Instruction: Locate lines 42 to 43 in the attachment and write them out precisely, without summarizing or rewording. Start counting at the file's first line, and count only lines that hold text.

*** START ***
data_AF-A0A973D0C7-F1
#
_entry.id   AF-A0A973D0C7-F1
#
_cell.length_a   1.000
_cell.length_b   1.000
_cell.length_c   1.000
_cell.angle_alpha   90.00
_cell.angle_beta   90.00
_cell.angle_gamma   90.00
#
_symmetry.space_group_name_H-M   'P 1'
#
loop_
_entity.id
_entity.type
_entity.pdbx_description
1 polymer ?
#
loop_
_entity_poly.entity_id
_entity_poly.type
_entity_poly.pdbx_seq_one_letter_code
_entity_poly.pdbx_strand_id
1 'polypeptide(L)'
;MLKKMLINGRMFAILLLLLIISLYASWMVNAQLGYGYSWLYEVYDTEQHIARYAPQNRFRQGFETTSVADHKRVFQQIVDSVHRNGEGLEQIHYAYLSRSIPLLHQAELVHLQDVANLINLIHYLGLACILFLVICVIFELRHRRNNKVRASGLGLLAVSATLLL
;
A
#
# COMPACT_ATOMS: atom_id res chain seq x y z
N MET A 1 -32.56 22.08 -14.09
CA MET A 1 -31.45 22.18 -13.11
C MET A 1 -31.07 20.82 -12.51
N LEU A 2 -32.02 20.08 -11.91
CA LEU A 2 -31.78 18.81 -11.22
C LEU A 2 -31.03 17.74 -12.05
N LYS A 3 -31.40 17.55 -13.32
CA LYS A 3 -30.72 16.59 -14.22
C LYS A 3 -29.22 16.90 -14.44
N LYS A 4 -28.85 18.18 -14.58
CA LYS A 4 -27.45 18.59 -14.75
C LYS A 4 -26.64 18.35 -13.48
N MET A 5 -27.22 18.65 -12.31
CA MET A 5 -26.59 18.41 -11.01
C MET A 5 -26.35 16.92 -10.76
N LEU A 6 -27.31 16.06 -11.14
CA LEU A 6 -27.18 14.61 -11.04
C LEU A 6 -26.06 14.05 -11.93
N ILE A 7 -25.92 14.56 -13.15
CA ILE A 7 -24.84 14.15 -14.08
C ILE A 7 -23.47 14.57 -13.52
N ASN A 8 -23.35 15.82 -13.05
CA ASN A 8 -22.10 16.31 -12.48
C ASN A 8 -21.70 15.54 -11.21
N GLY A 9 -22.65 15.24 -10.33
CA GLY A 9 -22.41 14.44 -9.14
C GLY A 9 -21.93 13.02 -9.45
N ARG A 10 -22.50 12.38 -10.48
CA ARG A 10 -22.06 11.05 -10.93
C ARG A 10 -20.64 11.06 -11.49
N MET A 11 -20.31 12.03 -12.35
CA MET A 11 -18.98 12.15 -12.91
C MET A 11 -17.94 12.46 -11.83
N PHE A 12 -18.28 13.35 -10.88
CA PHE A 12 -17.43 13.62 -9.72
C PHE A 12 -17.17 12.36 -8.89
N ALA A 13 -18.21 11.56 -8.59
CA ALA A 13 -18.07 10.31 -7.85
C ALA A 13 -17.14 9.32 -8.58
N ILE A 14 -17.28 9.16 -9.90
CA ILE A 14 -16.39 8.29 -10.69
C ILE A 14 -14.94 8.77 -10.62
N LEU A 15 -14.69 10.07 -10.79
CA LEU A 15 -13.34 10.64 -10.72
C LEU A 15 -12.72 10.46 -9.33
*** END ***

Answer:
C LYS A 4 -26.64 18.35 -13.48
N MET A 5 -27.22 18.65 -12.31